The exceeding solemnity of divine holiness commands us in this scene, and we can but inquire, What in our day answers to the accursed thing which caused the camp of Israel to be a curse? The garment was obviously for purposes of self-glorification. Being a robe from Shinar, it was characteristically an emblem of that early apostasy in which man exalted himself in opposition to God. Israel, in Canaan and circumcised, were separated to Jehovah, their strength. Our, circumcision, the putting off the body of the flesh by the circumcision of Christ, and our separation to God, are in Christ risen from the dead. Now when a believer, warring for his risen Lord, seeks his own glorification, even by reason of the Lord's using him, he is really exalting himself. He covets to adorn himself in the very things of the flesh upon which he knows God has passed the sentence of fire, and thus in measure he is in spirit like Achan. And, if he would use the silver and the gold belonging to the Lord's treasury for his own advantage, he is again like Achan, and -will pierce himself through with many sorrows. Our sins must sooner or later find us out.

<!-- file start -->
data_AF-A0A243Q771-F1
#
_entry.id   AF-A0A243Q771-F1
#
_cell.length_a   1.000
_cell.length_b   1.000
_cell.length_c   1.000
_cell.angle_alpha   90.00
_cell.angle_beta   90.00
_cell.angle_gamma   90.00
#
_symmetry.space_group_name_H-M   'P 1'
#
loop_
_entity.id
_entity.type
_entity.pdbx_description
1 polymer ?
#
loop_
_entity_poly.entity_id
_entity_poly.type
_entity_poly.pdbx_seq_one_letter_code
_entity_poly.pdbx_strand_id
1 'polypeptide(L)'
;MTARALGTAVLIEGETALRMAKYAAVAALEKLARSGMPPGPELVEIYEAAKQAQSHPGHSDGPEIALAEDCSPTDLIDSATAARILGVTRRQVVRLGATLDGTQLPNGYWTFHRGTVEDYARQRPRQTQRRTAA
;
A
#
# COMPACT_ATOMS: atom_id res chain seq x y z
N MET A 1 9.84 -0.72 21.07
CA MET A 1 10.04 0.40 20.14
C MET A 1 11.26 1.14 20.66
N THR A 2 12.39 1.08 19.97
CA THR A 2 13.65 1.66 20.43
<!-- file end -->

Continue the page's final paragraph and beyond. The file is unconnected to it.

Longings after the goodly Babylonish garment, after self-glorification, and thereby robbing God of His glory, are common enough, alas! Too many soldiers of the Lord in heaven have this buried in their tents. How exalted I am! is the secret name of this robe. In the tent, in the inner life, in the home circle, the truth of our desires comes out. And God sees us as we really are. Achan certainly never wore the garment for all Israel to admire. Whether his own personal friends extolled its glory, or whether he never so much as flung it over his shoulders, was of no difference before God, to whose eye the sin was manifest.